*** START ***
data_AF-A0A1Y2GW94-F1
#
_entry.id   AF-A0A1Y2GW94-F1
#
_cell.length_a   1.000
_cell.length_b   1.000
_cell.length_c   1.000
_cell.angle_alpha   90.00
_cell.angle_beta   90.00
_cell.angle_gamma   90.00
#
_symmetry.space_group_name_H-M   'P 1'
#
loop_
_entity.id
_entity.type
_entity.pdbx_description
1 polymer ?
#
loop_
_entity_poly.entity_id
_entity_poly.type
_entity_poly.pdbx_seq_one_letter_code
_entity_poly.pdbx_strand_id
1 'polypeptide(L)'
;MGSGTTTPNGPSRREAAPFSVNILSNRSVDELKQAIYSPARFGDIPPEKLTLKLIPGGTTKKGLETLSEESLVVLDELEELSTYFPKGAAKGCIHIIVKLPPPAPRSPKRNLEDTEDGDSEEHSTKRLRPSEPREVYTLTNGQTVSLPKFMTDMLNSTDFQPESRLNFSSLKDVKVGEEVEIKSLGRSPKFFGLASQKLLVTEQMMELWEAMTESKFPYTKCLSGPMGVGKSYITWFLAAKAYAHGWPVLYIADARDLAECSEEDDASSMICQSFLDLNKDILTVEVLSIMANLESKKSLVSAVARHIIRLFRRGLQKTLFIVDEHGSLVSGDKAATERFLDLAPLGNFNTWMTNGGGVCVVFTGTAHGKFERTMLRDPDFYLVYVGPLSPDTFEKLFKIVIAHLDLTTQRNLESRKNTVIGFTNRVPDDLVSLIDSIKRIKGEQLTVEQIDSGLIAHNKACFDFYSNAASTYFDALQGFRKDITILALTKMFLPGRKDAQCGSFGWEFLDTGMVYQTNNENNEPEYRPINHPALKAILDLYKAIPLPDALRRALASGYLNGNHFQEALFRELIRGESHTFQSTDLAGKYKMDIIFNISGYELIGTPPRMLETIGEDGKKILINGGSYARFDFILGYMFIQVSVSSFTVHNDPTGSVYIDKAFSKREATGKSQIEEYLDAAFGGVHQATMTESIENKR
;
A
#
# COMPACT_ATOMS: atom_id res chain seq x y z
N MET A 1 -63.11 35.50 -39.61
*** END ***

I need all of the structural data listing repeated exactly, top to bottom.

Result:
data_AF-A0A1Y2GW94-F1
#
_entry.id   AF-A0A1Y2GW94-F1
#
_cell.length_a   1.000
_cell.length_b   1.000
_cell.length_c   1.000
_cell.angle_alpha   90.00
_cell.angle_beta   90.00
_cell.angle_gamma   90.00
#
_symmetry.space_group_name_H-M   'P 1'
#
loop_
_entity.id
_entity.type
_entity.pdbx_description
1 polymer ?
#
loop_
_entity_poly.entity_id
_entity_poly.type
_entity_poly.pdbx_seq_one_letter_code
_entity_poly.pdbx_strand_id
1 'polypeptide(L)'
;MGSGTTTPNGPSRREAAPFSVNILSNRSVDELKQAIYSPARFGDIPPEKLTLKLIPGGTTKKGLETLSEESLVVLDELEELSTYFPKGAAKGCIHIIVKLPPPAPRSPKRNLEDTEDGDSEEHSTKRLRPSEPREVYTLTNGQTVSLPKFMTDMLNSTDFQPESRLNFSSLKDVKVGEEVEIKSLGRSPKFFGLASQKLLVTEQMMELWEAMTESKFPYTKCLSGPMGVGKSYITWFLAAKAYAHGWPVLYIADARDLAECSEEDDASSMICQSFLDLNKDILTVEVLSIMANLESKKSLVSAVARHIIRLFRRGLQKTLFIVDEHGSLVSGDKAATERFLDLAPLGNFNTWMTNGGGVCVVFTGTAHGKFERTMLRDPDFYLVYVGPLSPDTFEKLFKIVIAHLDLTTQRNLESRKNTVIGFTNRVPDDLVSLIDSIKRIKGEQLTVEQIDSGLIAHNKACFDFYSNAASTYFDALQGFRKDITILALTKMFLPGRKDAQCGSFGWEFLDTGMVYQTNNENNEPEYRPINHPALKAILDLYKAIPLPDALRRALASGYLNGNHFQEALFRELIRGESHTFQSTDLAGKYKMDIIFNISGYELIGTPPRMLETIGEDGKKILINGGSYARFDFILGYMFIQVSVSSFTVHNDPTGSVYIDKAFSKREATGKSQIEEYLDAAFGGVHQATMTESIENKR
;
A
#
# COMPACT_ATOMS: atom_id res chain seq x y z
N MET A 1 -63.11 35.50 -39.61